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Home / US / A disposable line led the Washington Post reporter to call the rural Midwest his new home: NPR

A disposable line led the Washington Post reporter to call the rural Midwest his new home: NPR



Christopher Ingraham, his wife Briana and their three children – the twins Jack (center) and Charles (right) (6) and William (2), who was born in Minnesota after the family moved to Red Lake County.

Courtesy of the Ingraham family


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Courtesy of the Ingraham family

Christopher Ingraham, his wife Briana and their three children – the twins Jack (center) and Charles (right) (6) and William (2), who was born in Minnesota after the family moved to Red Lake County.

Courtesy of the Ingraham family

In 2015, Christopher Ingraham wrote a story for the Washington Post which changed his life.

As a data reporter for the newspaper, the story dealt with the subject – the USDA's Natural Amenities Index measures US counties based on things like climate and topography – came with the territory. But that's what he calls a "throw-away" line that has taken him and his family on their new path – from the daily work on the East Coast to "Minnesota niclosece" in the Midwest.

In this 2015 article, Ingraham recorded the USDA record of all US districts, calling Red Lake County, Minnesota, "the absolute worst place to live in America". This conclusion was based on government data.

But the Minnesotans – in Red Lake County and throughout the state – made it (politely) personal.

"They were very upset," says Ingraham of Morning Edition host Rachel Martin. "They sent me pictures of the county, state officials and US senators took part in the action, the media in the state, it was just crazy, it was crazy,"

A local invited Red Visiting a Lake, a rural county of about 4,000, five hours north of Minneapolis. He liked seeing Red Lake as the antidote to the quality of life he and his family faced in the city.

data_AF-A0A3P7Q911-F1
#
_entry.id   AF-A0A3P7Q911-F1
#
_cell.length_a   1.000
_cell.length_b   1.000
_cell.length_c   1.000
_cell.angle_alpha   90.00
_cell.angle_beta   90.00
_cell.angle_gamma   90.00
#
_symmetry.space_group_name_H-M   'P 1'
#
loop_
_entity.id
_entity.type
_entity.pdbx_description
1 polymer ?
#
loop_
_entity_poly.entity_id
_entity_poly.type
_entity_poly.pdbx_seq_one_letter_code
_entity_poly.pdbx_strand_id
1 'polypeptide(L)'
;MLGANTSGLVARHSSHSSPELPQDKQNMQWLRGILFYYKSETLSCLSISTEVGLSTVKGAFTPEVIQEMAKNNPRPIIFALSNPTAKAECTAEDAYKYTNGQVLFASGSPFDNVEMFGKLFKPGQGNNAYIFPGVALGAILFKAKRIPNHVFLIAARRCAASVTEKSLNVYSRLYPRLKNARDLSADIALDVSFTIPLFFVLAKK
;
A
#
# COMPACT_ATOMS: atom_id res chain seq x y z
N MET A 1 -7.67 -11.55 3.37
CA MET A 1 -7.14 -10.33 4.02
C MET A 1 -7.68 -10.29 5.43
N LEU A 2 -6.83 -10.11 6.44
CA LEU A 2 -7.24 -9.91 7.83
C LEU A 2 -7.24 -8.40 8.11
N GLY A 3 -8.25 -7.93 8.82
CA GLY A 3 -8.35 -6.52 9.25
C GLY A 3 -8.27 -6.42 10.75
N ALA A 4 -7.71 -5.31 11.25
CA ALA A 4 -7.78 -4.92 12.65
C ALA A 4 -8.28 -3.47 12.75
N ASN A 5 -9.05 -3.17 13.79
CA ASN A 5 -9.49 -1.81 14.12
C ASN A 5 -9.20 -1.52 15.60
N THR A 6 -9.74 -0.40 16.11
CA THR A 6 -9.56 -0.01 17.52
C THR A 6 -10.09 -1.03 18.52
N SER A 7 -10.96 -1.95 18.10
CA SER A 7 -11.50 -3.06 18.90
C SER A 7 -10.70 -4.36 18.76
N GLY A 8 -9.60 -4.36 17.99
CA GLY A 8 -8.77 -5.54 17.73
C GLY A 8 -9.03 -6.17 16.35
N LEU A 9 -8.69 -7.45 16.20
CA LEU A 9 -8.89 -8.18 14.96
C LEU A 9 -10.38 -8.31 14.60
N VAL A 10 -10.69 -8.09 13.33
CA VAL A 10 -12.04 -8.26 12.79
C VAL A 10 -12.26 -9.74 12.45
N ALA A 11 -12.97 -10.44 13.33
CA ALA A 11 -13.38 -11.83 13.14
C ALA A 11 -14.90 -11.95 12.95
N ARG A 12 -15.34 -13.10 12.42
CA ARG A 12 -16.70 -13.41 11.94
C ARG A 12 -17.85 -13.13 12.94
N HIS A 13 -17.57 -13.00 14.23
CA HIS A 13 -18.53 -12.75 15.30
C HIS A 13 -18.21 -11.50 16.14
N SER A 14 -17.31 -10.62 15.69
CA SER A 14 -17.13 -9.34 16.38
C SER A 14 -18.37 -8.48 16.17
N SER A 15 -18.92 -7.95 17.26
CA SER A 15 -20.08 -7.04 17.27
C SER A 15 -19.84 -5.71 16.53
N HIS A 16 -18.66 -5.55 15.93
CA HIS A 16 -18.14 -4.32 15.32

Six months later, he announced that he, his wife, and their two young children are moving from their home in Maryland to New York City to Red Lake County. (He is still a data reporter for the post.) Your move is the subject of his book If you live here, you're home now.

Highlights of the Interview

On His First Visit to Red Lake

To my surprise, I loved the place. The people were so great and it was just so different from what I lived with my family in DC. At the time, I had two-year-old twins. I commuted three hours a day to get to work and literally felt stretched to the point of breaking off. And during that time in our lives, I went on this journey, which was ultimately a very bucolic little community in the middle of nowhere.

When I decided to move there

I did that. I think a lot of people coming back from traveling are beginning to dream … Man, I'd like to be on the scene right now Being land, just driving down the highways, no other car in sight. You may start to look at home prices and search for schools, search for data, and search for numbers in the community. And finally, we just said, "Do you know what? It would be financially irresponsible of us, not to Red Lake County, Minn. This is the solution to all our problems. Housing is cheaper, I could work from home, eliminate commuting, we can spend more time together. That's what we need. That is missing in our life.

About his wife's involvement in local politics

That was one of the things she desperately wanted to do. It turned out that Red Lake Falls needed a city councilor, and she ran away and was eventually elected. As a result of a disposable line that I wrote four years ago, it is now making decisions that shape the future of this community. I really feel that it captures how entangled we are here. That's home now.

I think a big problem with reporting on rural areas and small towns is that we often only send in reporters who undertake this type of safari expedition and come back a day or a week later with that "secret knowledge" these long-lost rural tribes, and I think that sort of reporting and narrative really reinforces this supposed separation between small-town America and everywhere else. I hope that if this book does anything, it will demystify small towns and rural America.

Bo Hamby and Eric McDaniel produced and edited the broadcast version of this story. Heidi Glenn adapted it for the web.


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